3) When it’s clear of debris, place your blackberry bush in the hole and make sure that it’s level with the ground and backfill the hole. Use a mixture of your native soil (60%) and sandy compost (40%) to fill the hole. Tamp down the soil as you fill to remove any air pockets that may have formed.
4) Once you’ve finished this process, give your bush a long drink of water and mulch around the base to conserve soil moisture.
Watering: Keep the soil moist, but not over saturated. Blackberries need about an inch of water of week and more during times of drought. Check on your soil once a week, if it’s starting to dry out then it’s time to give your bush more water. Due to the shallow rooted nature of these plants, they shouldn’t dry out down to six inches below the surface of the soil. However, be careful not to overwater your plants, it’s important not to over saturate the soil. The amount of water needed will depend on your climate and the time of year.
Fertilizer: Blackberry Bushes don’t need regular fertilizing unless you know that your lawn is lacking in nutrients. Also, fertilizing your bushes can increase growth and fruit production. You’ll know when your blackberry bush needs fertilizing because it’s leaves will show some signs of discoloration. It’s best to fertilize early in the spring before new growth starts to emerge, then again after your berry harvest. Use a well-balanced, general all-purpose fertilizer like formula 10-10-10.
Pruning: Pruning will help increase your blackberry crop and keep your bushes healthy. After a year of growth in the early spring, take a sterile pair of sharp hand pruners and remove the tips of each woody blackberry cane. If they’re shorter than 24 inches long, only remove the tip back to about an inch. This will cause the bush to branch out wider and produce more berries.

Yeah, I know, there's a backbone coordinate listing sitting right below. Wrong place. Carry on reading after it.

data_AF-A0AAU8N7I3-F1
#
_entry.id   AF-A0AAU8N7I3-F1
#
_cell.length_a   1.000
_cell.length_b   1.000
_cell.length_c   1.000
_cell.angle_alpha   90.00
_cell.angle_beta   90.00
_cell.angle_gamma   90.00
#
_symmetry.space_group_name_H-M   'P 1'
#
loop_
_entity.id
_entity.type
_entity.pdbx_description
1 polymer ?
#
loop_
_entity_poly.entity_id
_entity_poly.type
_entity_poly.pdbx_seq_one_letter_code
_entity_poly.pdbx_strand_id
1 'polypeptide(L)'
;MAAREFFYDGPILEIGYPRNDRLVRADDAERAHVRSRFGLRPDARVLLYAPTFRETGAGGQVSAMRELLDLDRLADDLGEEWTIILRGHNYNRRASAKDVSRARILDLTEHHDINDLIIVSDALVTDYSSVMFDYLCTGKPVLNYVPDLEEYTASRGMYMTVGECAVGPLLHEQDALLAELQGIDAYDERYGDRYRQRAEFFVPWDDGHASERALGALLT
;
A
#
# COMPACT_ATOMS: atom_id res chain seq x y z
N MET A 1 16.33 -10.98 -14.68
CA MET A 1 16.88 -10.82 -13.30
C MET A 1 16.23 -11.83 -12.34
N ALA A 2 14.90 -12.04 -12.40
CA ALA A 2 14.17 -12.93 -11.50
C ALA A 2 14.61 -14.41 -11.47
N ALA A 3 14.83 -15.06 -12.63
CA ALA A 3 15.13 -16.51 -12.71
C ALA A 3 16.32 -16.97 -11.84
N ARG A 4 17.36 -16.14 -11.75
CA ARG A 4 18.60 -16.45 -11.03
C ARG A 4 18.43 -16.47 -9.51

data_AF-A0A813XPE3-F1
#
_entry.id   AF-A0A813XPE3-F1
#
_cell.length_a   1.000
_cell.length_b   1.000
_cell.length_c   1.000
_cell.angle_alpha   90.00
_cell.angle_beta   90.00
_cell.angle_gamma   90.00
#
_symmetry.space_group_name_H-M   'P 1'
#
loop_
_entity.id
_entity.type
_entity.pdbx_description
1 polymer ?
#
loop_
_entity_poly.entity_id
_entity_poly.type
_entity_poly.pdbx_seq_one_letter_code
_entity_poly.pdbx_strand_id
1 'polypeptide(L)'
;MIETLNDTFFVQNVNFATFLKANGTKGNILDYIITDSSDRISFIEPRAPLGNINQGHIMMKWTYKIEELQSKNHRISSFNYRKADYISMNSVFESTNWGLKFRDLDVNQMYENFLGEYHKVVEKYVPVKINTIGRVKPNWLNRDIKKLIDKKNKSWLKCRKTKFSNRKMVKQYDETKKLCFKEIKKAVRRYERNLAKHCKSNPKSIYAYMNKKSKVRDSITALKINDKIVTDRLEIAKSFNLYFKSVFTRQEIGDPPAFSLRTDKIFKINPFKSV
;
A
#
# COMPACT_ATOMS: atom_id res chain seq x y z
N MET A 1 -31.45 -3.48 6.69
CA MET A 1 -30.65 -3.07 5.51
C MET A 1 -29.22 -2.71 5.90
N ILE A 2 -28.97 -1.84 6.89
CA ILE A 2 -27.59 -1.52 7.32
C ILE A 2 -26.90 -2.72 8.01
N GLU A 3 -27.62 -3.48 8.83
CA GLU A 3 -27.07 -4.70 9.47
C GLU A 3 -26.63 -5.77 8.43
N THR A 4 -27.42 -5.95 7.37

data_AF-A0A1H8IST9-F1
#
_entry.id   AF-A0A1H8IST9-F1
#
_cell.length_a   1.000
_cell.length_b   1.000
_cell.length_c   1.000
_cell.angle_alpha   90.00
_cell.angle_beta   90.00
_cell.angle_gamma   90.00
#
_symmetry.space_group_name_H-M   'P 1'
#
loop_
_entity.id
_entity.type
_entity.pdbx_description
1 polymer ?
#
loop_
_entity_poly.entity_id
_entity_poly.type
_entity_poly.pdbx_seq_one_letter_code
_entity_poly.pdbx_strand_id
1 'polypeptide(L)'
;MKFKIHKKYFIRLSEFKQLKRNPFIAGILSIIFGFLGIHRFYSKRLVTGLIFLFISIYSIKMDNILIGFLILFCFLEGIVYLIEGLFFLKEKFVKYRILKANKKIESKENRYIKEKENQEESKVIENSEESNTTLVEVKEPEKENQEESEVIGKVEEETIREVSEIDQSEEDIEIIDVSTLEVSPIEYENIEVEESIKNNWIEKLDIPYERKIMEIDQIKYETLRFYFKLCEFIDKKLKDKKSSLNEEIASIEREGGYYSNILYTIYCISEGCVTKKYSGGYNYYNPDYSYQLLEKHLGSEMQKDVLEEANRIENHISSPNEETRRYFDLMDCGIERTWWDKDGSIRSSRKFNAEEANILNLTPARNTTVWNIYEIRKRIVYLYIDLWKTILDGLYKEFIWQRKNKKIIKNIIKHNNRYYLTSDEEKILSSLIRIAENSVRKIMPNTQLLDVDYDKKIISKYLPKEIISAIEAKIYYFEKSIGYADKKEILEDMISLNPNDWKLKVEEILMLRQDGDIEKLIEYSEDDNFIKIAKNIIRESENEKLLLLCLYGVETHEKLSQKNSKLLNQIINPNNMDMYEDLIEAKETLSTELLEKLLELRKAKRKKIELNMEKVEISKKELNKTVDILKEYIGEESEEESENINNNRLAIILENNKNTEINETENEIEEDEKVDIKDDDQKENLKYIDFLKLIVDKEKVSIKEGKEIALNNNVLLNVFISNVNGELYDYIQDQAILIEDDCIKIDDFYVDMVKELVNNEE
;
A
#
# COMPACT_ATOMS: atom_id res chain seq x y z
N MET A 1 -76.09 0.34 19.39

After your berry harvest, it’s time to clean your Blackberry Bushes up. Blackberries will only produce on canes that are two years old, meaning once the cane has produced berries, it won’t produce more. Prune spent canes back to promote the growth of new ones.
Weed Control: The best method of removing weeds and suckers from around your blackberry bushes is to get a firm grasp on them and pull them upwards out of the ground in a twisting motion. Placing a 3 inch thick layer of mulch around your bushes to prevent weeds from growing. Mulch will also help the soil retain moisture.
Pests and Diseases: Some of the most common pests for Blackberry shrubs include spider mites and birds. To rid of bugs like mites or worms, spray your bush with an all-natural organic pesticide. Birds can be trickier to get rid of. Place fake owls or snakes around the bushes to scare them, or cover your bushes with bird netting.
Common diseases for Blackberries include different types of mold and fungi. These can be prevented by removing dead or damaged branches. Doing so will prevent chances for infections and the spread of pathogens. If you see any spotted leaves or branches, remove them. Molds and fungi can be treated with the use of organic fungicides.
Pollination: Most Blackberry varieties are self-pollinating. However, having two or more shrubs will greatly help with pollination and you’ll have a lot more berries to harvest. With multiple shrubs, more pollen is transferred from bloom to bloom by natural pollinators like the wind and bees.
Most items ship the next business day unless otherwise noted
Estimated Shipping Time: Most orders ship immediately, however some orders may ship in 1-2 business days (we do not ship on the weekends) from date of purchase. As noted on the website, some items are seasonal, and may only ship in spring or fall. Once your order is shipped, you'll receive an email with a tracking number.
|Amount of Order||Shipping Charge|
|Less than $15||$11.95|